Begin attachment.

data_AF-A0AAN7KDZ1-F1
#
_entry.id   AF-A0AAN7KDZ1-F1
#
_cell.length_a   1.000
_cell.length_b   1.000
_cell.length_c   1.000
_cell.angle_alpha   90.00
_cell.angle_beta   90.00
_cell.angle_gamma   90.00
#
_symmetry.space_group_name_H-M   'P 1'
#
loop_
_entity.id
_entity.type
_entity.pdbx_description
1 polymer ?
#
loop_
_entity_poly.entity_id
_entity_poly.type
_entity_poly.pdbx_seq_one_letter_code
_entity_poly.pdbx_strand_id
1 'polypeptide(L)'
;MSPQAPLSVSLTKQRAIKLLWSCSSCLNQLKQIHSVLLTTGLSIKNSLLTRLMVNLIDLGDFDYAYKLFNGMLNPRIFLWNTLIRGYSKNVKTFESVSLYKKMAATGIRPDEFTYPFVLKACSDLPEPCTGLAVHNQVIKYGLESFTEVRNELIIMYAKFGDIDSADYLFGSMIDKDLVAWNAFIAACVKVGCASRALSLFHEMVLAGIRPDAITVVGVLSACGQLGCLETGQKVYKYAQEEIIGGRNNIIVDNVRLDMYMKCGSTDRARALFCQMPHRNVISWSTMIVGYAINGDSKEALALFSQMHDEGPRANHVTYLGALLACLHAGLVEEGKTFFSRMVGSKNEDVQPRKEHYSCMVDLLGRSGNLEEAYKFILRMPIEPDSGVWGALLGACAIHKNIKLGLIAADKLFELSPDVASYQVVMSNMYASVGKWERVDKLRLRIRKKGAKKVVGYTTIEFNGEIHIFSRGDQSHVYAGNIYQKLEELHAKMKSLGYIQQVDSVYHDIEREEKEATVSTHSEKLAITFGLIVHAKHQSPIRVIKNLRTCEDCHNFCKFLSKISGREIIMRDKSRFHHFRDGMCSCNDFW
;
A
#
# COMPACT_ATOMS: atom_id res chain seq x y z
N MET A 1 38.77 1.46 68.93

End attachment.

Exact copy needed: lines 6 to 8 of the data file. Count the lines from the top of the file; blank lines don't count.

_cell.length_b   1.000
_cell.length_c   1.000
_cell.angle_alpha   90.00